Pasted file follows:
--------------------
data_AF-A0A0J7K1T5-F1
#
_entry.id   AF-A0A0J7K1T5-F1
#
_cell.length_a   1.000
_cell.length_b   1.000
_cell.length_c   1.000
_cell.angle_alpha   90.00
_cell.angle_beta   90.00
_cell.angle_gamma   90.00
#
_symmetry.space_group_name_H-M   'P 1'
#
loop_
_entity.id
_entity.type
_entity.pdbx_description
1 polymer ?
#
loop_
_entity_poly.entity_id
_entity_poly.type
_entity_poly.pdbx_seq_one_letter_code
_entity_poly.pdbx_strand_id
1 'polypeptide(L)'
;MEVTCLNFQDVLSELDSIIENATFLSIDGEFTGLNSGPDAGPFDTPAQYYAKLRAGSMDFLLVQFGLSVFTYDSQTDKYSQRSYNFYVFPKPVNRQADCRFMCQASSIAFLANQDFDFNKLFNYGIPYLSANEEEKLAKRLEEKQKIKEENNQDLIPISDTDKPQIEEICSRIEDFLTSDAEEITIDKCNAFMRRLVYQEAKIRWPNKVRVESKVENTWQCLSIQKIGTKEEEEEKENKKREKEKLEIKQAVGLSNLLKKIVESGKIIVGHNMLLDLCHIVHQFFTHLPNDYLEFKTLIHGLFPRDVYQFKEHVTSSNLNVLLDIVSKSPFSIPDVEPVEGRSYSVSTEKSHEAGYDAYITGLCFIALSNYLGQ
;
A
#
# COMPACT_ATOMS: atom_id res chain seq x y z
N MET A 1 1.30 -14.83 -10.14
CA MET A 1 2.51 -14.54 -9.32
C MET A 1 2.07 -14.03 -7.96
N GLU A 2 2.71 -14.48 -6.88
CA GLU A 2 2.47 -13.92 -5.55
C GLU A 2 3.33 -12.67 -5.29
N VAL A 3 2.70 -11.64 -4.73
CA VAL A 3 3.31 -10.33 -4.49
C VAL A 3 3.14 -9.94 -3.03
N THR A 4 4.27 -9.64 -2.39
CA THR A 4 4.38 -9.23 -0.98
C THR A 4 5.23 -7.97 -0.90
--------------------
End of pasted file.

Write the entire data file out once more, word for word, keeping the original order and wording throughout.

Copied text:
data_AF-A0A0J7K1T5-F1
#
_entry.id   AF-A0A0J7K1T5-F1
#
_cell.length_a   1.000
_cell.length_b   1.000
_cell.length_c   1.000
_cell.angle_alpha   90.00
_cell.angle_beta   90.00
_cell.angle_gamma   90.00
#
_symmetry.space_group_name_H-M   'P 1'
#
loop_
_entity.id
_entity.type
_entity.pdbx_description
1 polymer ?
#
loop_
_entity_poly.entity_id
_entity_poly.type
_entity_poly.pdbx_seq_one_letter_code
_entity_poly.pdbx_strand_id
1 'polypeptide(L)'
;MEVTCLNFQDVLSELDSIIENATFLSIDGEFTGLNSGPDAGPFDTPAQYYAKLRAGSMDFLLVQFGLSVFTYDSQTDKYSQRSYNFYVFPKPVNRQADCRFMCQASSIAFLANQDFDFNKLFNYGIPYLSANEEEKLAKRLEEKQKIKEENNQDLIPISDTDKPQIEEICSRIEDFLTSDAEEITIDKCNAFMRRLVYQEAKIRWPNKVRVESKVENTWQCLSIQKIGTKEEEEEKENKKREKEKLEIKQAVGLSNLLKKIVESGKIIVGHNMLLDLCHIVHQFFTHLPNDYLEFKTLIHGLFPRDVYQFKEHVTSSNLNVLLDIVSKSPFSIPDVEPVEGRSYSVSTEKSHEAGYDAYITGLCFIALSNYLGQ
;
A
#
# COMPACT_ATOMS: atom_id res chain seq x y z
N MET A 1 1.30 -14.83 -10.14
CA MET A 1 2.51 -14.54 -9.32
C MET A 1 2.07 -14.03 -7.96
N GLU A 2 2.71 -14.48 -6.88
CA GLU A 2 2.47 -13.92 -5.55
C GLU A 2 3.33 -12.67 -5.29
N VAL A 3 2.70 -11.64 -4.73
CA VAL A 3 3.31 -10.33 -4.49
C VAL A 3 3.14 -9.94 -3.03
N THR A 4 4.27 -9.64 -2.39
CA THR A 4 4.38 -9.23 -0.98
C THR A 4 5.23 -7.97 -0.90